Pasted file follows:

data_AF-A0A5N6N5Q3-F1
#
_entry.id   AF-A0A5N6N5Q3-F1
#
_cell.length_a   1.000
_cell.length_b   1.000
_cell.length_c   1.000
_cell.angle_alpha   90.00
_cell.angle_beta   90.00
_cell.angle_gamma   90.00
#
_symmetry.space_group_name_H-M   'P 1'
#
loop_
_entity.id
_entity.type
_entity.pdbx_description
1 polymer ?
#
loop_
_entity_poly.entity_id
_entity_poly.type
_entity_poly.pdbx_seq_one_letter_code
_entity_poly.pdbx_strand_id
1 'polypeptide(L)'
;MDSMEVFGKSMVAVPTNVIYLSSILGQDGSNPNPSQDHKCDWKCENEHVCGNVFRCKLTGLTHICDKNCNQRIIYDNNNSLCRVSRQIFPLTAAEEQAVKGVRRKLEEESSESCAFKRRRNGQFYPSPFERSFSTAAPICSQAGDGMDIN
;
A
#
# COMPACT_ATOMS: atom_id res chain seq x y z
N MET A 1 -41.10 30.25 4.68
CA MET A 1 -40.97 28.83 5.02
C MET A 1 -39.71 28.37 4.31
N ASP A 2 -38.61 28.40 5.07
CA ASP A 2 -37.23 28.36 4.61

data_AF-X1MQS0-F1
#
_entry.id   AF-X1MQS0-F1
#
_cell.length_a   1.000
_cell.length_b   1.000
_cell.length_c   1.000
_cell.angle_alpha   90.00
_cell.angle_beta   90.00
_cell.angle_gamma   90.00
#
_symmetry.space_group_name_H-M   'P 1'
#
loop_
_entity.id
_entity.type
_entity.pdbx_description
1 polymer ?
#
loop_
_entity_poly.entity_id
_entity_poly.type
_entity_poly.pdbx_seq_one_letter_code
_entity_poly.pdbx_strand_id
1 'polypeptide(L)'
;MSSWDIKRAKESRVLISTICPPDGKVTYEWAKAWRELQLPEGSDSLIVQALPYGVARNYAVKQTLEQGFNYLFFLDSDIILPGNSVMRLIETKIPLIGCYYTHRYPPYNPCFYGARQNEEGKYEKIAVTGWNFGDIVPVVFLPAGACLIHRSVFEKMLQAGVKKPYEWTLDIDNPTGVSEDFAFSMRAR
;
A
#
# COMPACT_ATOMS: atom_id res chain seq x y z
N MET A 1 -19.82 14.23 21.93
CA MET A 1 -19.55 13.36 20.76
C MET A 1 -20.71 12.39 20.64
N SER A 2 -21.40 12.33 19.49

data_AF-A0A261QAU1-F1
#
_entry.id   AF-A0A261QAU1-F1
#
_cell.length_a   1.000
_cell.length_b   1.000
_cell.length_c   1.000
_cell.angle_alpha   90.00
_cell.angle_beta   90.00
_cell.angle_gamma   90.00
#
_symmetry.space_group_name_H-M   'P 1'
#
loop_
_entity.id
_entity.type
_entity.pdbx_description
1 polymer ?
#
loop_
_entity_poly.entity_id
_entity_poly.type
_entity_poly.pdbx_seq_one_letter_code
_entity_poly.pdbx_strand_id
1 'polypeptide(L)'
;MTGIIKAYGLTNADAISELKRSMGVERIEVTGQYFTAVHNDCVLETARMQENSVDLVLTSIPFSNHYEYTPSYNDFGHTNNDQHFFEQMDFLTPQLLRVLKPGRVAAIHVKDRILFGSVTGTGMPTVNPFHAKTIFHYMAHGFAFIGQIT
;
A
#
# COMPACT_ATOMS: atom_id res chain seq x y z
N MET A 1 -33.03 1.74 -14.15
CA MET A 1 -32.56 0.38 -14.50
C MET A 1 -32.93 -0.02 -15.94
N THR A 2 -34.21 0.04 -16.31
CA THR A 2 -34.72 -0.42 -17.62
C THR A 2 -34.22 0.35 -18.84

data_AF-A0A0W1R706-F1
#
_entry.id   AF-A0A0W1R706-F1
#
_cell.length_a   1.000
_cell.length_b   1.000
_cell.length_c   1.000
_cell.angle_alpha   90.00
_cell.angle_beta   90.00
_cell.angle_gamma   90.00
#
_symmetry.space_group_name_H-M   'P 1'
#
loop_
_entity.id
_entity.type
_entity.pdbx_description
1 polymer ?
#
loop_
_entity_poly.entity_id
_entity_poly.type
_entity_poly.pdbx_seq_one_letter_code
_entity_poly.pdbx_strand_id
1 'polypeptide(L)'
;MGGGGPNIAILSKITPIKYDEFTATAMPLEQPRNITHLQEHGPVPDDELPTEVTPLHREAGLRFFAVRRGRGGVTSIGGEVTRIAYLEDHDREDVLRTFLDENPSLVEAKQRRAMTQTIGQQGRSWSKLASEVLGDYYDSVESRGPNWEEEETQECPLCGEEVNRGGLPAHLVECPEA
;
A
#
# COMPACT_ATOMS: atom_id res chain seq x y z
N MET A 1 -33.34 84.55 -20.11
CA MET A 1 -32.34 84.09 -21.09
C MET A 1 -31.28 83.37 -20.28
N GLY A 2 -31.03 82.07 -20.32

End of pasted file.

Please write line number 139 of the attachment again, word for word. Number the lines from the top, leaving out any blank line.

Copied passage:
N GLY A 2 -31.03 82.07 -20.32